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Discussion Starter · #1 ·
When I play G-sharp I get a squalling sound. I tried different mouthpieces and reeds to no avail, so now I'm suspecting something in the mechanism.

I won't be able to get my tenor to a tech for a few days. Any ideas on things I might look at on my own?
 

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I assume you mean G#2, the high G#. If so, it is caused by a problem with the body octave pip. Try cleaning it out first and then we can go from there. What brand tenor?
 

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Good call Bruce. I would add the question, does it sound like low G# and its octave sounding at the same time like a multiphonic? Also, does it happen at all dynamic levels, or just when you play loudly?
 

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Discussion Starter · #4 ·
Multiphonic, yes

High G#, yes

Pip cleaning seems to have worked, but I can't give it an extensive test at this time of the evening.

Man, I was pushing buttons and pressing keys, but I never would have looked at the octave pip.

At risk of being premature, Thanks!
 

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I like to use the Dills Bristle Pipe Cleaners to clean out octave pips. My only experience with this phenomenon was on a Cannonball Tenor that came into the shop, and the high G and G# played the multiphonic at the louder levels of playing. I called the Cannonball main office and explained the problem. Tevis Laukat told me to just take a small rat tail file and open the bottom (not the top) of the octave vent inside the body just a little bit. It worked like a charm on this saxophone in this instance. I am just giving this as an example that the problem lies in the body octave vent. It cannot be generalized that the same fix would work on your instrument.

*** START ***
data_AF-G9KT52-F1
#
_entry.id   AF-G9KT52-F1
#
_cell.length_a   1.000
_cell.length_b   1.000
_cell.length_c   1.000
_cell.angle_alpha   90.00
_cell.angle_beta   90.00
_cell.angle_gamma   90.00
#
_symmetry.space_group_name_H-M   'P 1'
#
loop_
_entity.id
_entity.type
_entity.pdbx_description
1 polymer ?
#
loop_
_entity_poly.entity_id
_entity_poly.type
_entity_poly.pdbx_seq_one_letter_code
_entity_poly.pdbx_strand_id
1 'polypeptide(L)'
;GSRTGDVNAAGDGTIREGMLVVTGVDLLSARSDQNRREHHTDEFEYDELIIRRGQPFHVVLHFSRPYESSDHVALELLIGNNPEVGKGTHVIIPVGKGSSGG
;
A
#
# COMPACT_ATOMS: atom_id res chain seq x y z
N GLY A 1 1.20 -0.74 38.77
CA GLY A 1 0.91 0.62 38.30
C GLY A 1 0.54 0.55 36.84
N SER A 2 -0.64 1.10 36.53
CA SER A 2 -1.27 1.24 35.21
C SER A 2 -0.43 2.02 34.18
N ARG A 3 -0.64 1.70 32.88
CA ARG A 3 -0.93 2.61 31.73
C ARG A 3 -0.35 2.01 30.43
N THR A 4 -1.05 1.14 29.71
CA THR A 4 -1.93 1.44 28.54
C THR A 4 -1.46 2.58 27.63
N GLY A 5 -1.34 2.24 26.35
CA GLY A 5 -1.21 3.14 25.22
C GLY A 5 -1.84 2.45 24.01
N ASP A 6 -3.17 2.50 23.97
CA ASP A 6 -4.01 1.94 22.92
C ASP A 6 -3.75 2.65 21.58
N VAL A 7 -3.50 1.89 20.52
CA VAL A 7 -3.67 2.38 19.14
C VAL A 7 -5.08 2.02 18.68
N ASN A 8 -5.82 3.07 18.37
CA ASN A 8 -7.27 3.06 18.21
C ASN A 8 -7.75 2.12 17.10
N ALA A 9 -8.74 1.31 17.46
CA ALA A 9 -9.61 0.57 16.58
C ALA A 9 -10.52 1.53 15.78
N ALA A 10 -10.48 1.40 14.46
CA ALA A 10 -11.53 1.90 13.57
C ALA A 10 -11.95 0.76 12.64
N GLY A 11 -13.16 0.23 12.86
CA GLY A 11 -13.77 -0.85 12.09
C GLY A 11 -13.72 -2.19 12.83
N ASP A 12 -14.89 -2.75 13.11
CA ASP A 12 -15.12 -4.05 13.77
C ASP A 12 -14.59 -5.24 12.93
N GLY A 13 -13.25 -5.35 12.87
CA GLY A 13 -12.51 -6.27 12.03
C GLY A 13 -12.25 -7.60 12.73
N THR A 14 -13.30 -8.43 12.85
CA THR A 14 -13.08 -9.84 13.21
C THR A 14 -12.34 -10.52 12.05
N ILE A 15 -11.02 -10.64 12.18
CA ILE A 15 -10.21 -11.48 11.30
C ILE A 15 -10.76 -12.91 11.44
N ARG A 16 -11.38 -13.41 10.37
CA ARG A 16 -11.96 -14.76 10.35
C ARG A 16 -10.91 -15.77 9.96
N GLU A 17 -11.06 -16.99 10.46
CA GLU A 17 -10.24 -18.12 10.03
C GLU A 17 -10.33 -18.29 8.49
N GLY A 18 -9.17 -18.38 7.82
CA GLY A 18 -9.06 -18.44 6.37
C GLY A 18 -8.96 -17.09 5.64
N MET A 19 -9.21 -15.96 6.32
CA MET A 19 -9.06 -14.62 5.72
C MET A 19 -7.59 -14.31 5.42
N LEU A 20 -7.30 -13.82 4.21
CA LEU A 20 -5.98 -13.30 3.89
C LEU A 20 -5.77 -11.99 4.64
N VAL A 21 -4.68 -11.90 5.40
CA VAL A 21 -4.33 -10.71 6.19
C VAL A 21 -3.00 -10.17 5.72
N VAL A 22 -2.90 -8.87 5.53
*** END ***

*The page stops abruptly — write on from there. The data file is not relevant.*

The octave vent works by making the fundamental so out of tune that it can no longer participate in the "regime of oscillation" that includes the fundamental and its overtones allowing the second partial to take over and sound the octave above on the sax. When the octave vent lacks the proportions to adequately "untune" the fundamental, the sax can't decide which partial to let dominate the sound. You are experiencing the sound this "indecision" makes. :bluewink:

If yours is a new saxophone, I would contact the vendor before taking it to a repair shop or trying to do any modifications yourself since it should still be under warranty.
 

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Discussion Starter · #6 ·
The octave vent works by making the fundamental so out of tune that it can no longer participate in the "regime of oscillation" that includes the fundamental and its overtones allowing the second partial to take over and sound the octave above on the sax. When the octave vent lacks the proportions to adequately "untune" the fundamental, the sax can't decide which partial to let dominate the sound. You are experiencing the sound this "indecision" makes.

I can't believe what a good explanation that is. I mean, that's a tough concept, and you made it understandable in a snap. Cool.

I'm reminded of a comment of, I think, Waylon Jennings to David Allen Coe; "David, indecision may or may be your problem."
 
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